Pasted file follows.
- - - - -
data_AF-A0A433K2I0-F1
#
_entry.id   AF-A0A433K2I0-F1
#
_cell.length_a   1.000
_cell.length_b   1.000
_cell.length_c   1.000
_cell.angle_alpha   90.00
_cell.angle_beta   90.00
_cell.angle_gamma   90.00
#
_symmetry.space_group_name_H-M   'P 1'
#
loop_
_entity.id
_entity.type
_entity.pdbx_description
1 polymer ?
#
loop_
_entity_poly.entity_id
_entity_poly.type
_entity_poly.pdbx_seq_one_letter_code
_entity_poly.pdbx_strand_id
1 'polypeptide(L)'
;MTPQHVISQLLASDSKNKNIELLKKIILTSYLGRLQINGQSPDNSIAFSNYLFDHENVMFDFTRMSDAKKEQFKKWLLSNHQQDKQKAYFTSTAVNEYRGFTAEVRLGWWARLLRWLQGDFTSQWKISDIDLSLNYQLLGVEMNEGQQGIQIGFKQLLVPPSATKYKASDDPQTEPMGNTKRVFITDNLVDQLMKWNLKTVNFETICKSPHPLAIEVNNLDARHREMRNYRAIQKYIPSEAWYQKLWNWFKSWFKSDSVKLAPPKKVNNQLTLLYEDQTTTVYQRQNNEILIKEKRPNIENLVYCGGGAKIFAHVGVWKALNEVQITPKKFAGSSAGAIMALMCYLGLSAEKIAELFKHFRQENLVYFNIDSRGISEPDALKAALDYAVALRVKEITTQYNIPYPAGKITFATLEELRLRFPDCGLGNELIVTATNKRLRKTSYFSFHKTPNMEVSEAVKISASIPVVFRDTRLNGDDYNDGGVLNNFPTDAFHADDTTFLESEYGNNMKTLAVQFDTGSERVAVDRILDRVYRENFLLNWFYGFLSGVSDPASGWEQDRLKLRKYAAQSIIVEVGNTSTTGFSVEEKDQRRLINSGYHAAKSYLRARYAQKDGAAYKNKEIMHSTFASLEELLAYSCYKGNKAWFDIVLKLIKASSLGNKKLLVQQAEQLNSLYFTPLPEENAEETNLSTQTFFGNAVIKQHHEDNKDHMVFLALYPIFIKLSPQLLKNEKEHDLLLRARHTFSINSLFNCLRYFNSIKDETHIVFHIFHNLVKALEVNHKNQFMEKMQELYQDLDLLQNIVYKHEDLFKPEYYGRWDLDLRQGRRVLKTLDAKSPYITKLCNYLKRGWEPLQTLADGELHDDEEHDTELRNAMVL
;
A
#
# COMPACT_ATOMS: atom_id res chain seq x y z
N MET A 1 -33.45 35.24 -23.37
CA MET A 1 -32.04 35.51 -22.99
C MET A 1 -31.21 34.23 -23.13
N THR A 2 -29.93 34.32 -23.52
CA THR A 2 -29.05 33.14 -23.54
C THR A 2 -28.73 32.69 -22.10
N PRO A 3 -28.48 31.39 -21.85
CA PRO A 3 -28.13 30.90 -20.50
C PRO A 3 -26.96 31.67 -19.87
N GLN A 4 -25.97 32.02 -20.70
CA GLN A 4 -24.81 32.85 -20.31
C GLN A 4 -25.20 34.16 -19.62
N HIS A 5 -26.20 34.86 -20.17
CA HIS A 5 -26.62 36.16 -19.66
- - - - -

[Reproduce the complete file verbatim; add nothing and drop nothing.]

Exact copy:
data_AF-A0A433K2I0-F1
#
_entry.id   AF-A0A433K2I0-F1
#
_cell.length_a   1.000
_cell.length_b   1.000
_cell.length_c   1.000
_cell.angle_alpha   90.00
_cell.angle_beta   90.00
_cell.angle_gamma   90.00
#
_symmetry.space_group_name_H-M   'P 1'
#
loop_
_entity.id
_entity.type
_entity.pdbx_description
1 polymer ?
#
loop_
_entity_poly.entity_id
_entity_poly.type
_entity_poly.pdbx_seq_one_letter_code
_entity_poly.pdbx_strand_id
1 'polypeptide(L)'
;MTPQHVISQLLASDSKNKNIELLKKIILTSYLGRLQINGQSPDNSIAFSNYLFDHENVMFDFTRMSDAKKEQFKKWLLSNHQQDKQKAYFTSTAVNEYRGFTAEVRLGWWARLLRWLQGDFTSQWKISDIDLSLNYQLLGVEMNEGQQGIQIGFKQLLVPPSATKYKASDDPQTEPMGNTKRVFITDNLVDQLMKWNLKTVNFETICKSPHPLAIEVNNLDARHREMRNYRAIQKYIPSEAWYQKLWNWFKSWFKSDSVKLAPPKKVNNQLTLLYEDQTTTVYQRQNNEILIKEKRPNIENLVYCGGGAKIFAHVGVWKALNEVQITPKKFAGSSAGAIMALMCYLGLSAEKIAELFKHFRQENLVYFNIDSRGISEPDALKAALDYAVALRVKEITTQYNIPYPAGKITFATLEELRLRFPDCGLGNELIVTATNKRLRKTSYFSFHKTPNMEVSEAVKISASIPVVFRDTRLNGDDYNDGGVLNNFPTDAFHADDTTFLESEYGNNMKTLAVQFDTGSERVAVDRILDRVYRENFLLNWFYGFLSGVSDPASGWEQDRLKLRKYAAQSIIVEVGNTSTTGFSVEEKDQRRLINSGYHAAKSYLRARYAQKDGAAYKNKEIMHSTFASLEELLAYSCYKGNKAWFDIVLKLIKASSLGNKKLLVQQAEQLNSLYFTPLPEENAEETNLSTQTFFGNAVIKQHHEDNKDHMVFLALYPIFIKLSPQLLKNEKEHDLLLRARHTFSINSLFNCLRYFNSIKDETHIVFHIFHNLVKALEVNHKNQFMEKMQELYQDLDLLQNIVYKHEDLFKPEYYGRWDLDLRQGRRVLKTLDAKSPYITKLCNYLKRGWEPLQTLADGELHDDEEHDTELRNAMVL
;
A
#
# COMPACT_ATOMS: atom_id res chain seq x y z
N MET A 1 -33.45 35.24 -23.37
CA MET A 1 -32.04 35.51 -22.99
C MET A 1 -31.21 34.23 -23.13
N THR A 2 -29.93 34.32 -23.52
CA THR A 2 -29.05 33.14 -23.54
C THR A 2 -28.73 32.69 -22.10
N PRO A 3 -28.48 31.39 -21.85
CA PRO A 3 -28.13 30.90 -20.50
C PRO A 3 -26.96 31.67 -19.87
N GLN A 4 -25.97 32.02 -20.70
CA GLN A 4 -24.81 32.85 -20.31
C GLN A 4 -25.20 34.16 -19.62
N HIS A 5 -26.20 34.86 -20.17
CA HIS A 5 -26.62 36.16 -19.66